Exchange 2003 Message Tracking and Logging

by [Published on 10 Nov. 2005 / Last Updated on 10 Nov. 2005]

In this article I will show you how to enable Message Tracking and Logging of Messages in Exchange Server 2003.

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Let's begin

As an Exchange Aministrator you know the question from your Exchange users "where is my message which I sent to Mister X and Mister W". With enabled Exchange Message Tracking you can tell your users whether the e-mail has left your Exchange organization or not. OK, this feature is not helpful after the message has left your Exchange organization and there are many more hops where the message could be rejected or deleted, but it gives you the certainty that you are not responsible for delay.

Message Tracking can be enabled on the Exchange Server object in Exchange System Manager or with the help of System Policies for more than one Exchange Server. You can read more about Implementing Exchange System Policies here.

To enable Exchange Message Tracking, start the Exchange System Manager and navigate to the Server object on which you want to activate Message Tracking.

Figure 1: Locate the Exchange Server object in Exchange System Manager

Now you can enable Message Tracking and Subject Logging. If you enable Subject logging and display, the subject of every message will be displayed in the Exchange Message Tracking Center.

Please note that enabling of Subject Logging can produce some processing overhead on highly used Exchange Servers and you must also ensure that your security policy allows the logging of e-mail subjects.

You must specify the number of days after old logfiles will be deleted.

The Default Logfile directory is c:\program files\ExchSrvr\Servername.LOG.

Figure 2: Enable Message Tracking and Logging

After enabling Message Tracking and Logging, you will get the following message:

Figure 3: Warning Message that you must grant users read Access to the Message Tracking directory

By enabling Message Tracking, Exchange shares the Message Tracking directory for Administrators only, so you will need to grant read access to the share for users performing Message Tracking.

Figure 4: Message Tracking Share

Now it is time to navigate to the Exchange Message Tracking Center. The Message Tracking Center allows you to track Messages. You can specify the Sender of the Messages and the Recipient of the Message. You can specify the logging time from where you will track messages. After you enter the required information you can click "Find Now". If your search options are correct, you will see the Messages in the Message Tracking Center.

Figure 5: Message Tracking Center

If you doubleclick the Message a new window with more information about the message will appear. Now you can see the Message Flow in detail. As you can see in this example, the Message was submitted from the Exchange Store, transmitted to the Advanced Queuing Engine routed through the Categorizer and delivered locally to Sean@nwtraders.msft. This example deals with a single Server Message Flow, where it is easy to track where the Message has gone. Message Tracking is more powerful if you track messages in a multi Server scenario or when the message leaves the Exchange organization through a Connector or virtual SMTP server.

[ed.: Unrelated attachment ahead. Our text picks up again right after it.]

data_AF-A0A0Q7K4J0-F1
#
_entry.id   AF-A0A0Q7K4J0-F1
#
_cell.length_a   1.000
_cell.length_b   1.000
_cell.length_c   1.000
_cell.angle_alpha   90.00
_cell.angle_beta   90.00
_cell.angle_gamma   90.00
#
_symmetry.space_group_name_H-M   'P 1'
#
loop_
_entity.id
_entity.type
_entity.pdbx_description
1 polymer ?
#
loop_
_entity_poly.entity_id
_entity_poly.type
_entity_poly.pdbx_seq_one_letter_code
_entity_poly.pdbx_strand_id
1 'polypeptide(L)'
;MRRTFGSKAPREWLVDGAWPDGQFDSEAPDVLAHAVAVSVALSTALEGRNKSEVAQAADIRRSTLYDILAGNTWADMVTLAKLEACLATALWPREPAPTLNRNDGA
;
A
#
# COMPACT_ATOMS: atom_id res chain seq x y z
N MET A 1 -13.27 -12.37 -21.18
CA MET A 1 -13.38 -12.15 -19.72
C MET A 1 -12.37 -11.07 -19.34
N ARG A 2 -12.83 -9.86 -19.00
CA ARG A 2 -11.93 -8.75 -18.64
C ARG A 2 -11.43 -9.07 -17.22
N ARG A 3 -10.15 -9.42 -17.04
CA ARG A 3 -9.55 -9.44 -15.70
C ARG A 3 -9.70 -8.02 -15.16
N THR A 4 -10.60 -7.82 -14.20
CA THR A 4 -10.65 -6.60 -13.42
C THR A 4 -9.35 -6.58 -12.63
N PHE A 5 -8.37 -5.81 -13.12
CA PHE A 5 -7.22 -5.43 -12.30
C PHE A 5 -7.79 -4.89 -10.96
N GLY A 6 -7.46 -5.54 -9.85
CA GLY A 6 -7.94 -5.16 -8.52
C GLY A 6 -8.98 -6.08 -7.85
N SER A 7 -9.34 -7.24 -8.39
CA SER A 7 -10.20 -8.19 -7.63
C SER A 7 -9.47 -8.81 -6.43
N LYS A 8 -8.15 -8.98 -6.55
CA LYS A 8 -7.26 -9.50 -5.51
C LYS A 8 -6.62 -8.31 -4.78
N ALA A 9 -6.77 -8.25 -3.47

Figure 6: Message Tracking details

Exchange Message Tracking maintains a text logfile for every day. It is simple textfile so you can open the file with notepad or Excel for advanced analysis.

Figure 7: Message Tracking logfile

For more information about Troubleshooting and Monitoring Exchange 2003 Message Flow, read the article from Markus Klein.


Message Tracking is a great function to see the flow of messages in your Exchange Organization. Message Tracking provides a great solution to tell your users whether the message has left the Exchange organization or not.

Related Links

Troubleshooting and Monitoring Exchange Server 2003 Message Flow

How to enable message tracking in Exchange 2000 Server and in Exchange Server 2003;EN-US;246856

See Also

The Author — Marc Grote

Marc Grote avatar

Marc Grote is an MCSA/MCSE Messaging & Security, MCSE Private Cloud and Server Virtualization, an MCTS/MCITP and a Microsoft Certified Trainer and MCLC. He is a freelance Consultant and IT Trainer in the north of Germany near Hanover. He specializes in System Center, TMG/UAG Server, Exchange, Security for Windows Server 2012 R2 and Windows Server 2012 R2 designs, migrations and implementations. His efforts have earned him recognition as a Microsoft MVP for ISA Server since 2004 until 2014. Starting in 2014 he has been awarded as an MVP for Hyper-V.


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